Bitcoin sound and fury signifying nothing


JPM on BTC sound and fury signifying nothing. Think tulips:

Despite tremendous volatility in Cryptocurrencies this week, movements in global markets have been even tamer than this year’s other corrections in January due to meme-stock trading or in February due to a high-vol sell-off in US Rates. A basket of the three largest Cryptos (Bitcoin, Ethereum, Binance) is down 20%week-on-week, which takes their drawdown from spring highs to about 40%. Intra-day peak-to-trough moves on some have been 30-40%, however, so much greater than the S&P 500’s largest-ever percentage drop of-20% on Black Monday in 1987. If these were penny stocks, such volatility might be more spectacle than systemically material, but these are no longer small markets. The five largest Cryptos have market caps of $50-$700bn each even after the past month’s decline. That makes each of them more valuable than about 70% of the companies in the S&P. In terms of mindshare, at least judged by financial press coverage, Bitcoin has become almost as talked as Presidents and more discussed than inflation or the Fed (chart 2).

Despite the numbers, contagion from a bear market in crypto has been limited during every boom-bust cycle. This month Global Equities (MSCI ACWI) are down less than 4% from their peak, DM/EM Credit spreads are up only5-10bp from their2021 lows, Commodities (BCOM) are down 3% from this year’s highs, the trade-weighted dollar remains near its year-to-date lows and equity volatility(VIX) has rallied only four percentage points (to 20%). This isn’t the sort of mediocre, cross-asset correction one would have predicted if one had known a month ago that a $2 trillion market–so about half the market cap of the S&P Financials sector–might soon shed 40% of its value.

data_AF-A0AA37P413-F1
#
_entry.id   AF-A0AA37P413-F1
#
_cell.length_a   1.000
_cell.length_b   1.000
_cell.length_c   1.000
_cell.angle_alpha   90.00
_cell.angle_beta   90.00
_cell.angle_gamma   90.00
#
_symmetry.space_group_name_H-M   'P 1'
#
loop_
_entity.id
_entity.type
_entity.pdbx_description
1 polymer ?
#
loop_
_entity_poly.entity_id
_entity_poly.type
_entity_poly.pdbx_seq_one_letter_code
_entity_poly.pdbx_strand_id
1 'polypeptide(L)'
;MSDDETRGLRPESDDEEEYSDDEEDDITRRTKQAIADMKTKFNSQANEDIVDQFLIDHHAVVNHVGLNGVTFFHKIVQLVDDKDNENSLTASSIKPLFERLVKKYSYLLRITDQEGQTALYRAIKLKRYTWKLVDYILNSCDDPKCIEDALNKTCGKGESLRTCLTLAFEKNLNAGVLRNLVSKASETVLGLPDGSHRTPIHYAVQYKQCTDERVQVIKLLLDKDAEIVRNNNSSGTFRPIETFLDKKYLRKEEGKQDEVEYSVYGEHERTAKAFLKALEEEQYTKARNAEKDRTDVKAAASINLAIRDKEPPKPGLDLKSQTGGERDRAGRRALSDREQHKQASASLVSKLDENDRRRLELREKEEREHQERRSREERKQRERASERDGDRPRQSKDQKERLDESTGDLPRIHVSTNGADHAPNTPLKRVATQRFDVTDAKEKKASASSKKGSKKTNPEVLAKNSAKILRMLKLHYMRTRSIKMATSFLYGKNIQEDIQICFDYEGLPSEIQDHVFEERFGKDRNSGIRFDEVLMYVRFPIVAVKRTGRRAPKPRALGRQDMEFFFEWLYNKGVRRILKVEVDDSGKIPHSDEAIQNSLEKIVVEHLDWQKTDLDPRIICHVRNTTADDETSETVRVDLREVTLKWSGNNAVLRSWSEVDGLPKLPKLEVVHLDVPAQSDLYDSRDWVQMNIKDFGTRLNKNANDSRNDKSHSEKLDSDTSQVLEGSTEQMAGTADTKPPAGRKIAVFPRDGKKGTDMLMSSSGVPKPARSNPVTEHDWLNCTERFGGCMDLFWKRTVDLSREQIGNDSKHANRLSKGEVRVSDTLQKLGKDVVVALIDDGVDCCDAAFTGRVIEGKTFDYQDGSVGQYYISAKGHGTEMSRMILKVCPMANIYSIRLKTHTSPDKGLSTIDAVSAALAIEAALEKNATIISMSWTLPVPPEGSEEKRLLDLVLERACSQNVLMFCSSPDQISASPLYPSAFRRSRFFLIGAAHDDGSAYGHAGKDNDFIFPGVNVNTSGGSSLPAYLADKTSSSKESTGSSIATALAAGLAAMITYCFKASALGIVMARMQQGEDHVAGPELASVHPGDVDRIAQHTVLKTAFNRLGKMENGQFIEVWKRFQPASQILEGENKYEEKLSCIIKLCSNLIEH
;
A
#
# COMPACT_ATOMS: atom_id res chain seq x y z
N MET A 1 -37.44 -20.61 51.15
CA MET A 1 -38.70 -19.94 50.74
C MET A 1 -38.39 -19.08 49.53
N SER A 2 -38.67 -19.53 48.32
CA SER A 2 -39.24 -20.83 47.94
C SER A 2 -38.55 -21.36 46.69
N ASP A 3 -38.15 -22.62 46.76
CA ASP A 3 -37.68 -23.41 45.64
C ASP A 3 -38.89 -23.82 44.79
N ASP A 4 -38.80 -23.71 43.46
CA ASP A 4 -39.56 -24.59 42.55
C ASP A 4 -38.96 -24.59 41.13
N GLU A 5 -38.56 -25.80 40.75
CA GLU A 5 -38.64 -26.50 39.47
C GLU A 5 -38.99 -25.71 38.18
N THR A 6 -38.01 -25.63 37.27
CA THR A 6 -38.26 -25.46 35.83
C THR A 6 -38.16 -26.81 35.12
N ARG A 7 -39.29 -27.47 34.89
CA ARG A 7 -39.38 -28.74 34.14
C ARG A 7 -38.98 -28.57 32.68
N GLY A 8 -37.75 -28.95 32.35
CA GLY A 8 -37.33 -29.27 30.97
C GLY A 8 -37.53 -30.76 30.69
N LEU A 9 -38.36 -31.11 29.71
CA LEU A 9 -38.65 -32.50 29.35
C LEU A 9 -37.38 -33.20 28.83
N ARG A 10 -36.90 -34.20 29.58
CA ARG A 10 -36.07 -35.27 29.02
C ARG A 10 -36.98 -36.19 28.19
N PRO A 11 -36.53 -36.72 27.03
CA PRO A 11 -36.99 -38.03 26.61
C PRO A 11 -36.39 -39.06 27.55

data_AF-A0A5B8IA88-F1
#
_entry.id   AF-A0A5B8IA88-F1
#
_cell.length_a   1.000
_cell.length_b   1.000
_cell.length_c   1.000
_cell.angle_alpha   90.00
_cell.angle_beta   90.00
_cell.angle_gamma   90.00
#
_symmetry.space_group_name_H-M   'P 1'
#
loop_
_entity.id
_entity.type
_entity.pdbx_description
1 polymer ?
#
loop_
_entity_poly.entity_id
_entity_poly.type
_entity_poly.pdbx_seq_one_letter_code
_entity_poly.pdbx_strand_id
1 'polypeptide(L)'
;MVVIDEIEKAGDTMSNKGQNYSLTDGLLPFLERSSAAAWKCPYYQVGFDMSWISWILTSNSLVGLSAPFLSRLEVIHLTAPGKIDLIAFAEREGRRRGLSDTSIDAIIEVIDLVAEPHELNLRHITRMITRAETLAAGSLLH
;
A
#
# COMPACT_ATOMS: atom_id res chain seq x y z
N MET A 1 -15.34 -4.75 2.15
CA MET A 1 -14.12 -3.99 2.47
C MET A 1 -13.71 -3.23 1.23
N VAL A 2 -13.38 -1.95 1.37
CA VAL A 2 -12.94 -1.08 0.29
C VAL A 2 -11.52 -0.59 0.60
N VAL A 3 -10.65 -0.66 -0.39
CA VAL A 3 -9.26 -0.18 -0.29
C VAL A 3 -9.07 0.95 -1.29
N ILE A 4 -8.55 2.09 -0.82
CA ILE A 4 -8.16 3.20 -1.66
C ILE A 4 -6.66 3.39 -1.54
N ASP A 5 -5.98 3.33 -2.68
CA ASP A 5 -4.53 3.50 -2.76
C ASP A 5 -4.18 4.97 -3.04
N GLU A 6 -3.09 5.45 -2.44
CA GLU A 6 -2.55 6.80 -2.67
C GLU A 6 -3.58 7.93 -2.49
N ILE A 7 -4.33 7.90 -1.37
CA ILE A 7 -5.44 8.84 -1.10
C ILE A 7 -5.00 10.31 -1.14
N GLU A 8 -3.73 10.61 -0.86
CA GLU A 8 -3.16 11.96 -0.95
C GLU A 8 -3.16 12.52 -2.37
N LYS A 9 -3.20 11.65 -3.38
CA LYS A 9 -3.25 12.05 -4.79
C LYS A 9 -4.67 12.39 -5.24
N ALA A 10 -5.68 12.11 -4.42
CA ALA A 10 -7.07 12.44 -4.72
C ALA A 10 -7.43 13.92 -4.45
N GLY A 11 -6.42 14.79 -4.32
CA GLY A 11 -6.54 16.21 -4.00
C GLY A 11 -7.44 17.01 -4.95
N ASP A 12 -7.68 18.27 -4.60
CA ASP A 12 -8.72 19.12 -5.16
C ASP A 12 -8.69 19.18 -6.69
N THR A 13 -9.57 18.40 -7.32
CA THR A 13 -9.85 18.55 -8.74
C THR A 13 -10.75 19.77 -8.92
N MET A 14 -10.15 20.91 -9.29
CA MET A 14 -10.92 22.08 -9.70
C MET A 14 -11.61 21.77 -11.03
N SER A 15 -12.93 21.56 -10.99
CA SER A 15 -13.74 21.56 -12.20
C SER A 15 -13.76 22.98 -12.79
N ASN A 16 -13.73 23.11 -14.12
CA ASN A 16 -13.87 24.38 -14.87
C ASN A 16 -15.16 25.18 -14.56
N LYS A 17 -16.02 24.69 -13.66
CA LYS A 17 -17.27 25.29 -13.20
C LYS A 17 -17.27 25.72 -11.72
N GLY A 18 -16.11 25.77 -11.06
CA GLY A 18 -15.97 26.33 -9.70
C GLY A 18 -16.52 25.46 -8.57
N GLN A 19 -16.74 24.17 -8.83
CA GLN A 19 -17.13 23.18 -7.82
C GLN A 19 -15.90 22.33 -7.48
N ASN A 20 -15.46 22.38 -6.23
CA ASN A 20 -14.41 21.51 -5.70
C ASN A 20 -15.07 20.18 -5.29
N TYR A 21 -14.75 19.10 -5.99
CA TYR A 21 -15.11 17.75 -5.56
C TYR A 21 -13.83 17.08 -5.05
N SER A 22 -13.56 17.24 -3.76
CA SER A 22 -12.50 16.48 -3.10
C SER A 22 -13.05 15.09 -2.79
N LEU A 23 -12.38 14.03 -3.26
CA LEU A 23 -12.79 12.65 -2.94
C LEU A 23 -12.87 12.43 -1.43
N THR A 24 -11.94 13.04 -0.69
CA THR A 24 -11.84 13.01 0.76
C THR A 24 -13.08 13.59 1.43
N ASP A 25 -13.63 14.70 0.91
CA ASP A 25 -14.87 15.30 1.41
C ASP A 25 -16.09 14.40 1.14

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About the author
David Llewellyn-Smith is Chief Strategist at the MB Fund and MB Super. David is the founding publisher and editor of MacroBusiness and was the founding publisher and global economy editor of The Diplomat, the Asia Pacific’s leading geo-politics and economics portal. He is also a former gold trader and economic commentator at The Sydney Morning Herald, The Age, the ABC and Business Spectator. He is the co-author of The Great Crash of 2008 with Ross Garnaut and was the editor of the second Garnaut Climate Change Review.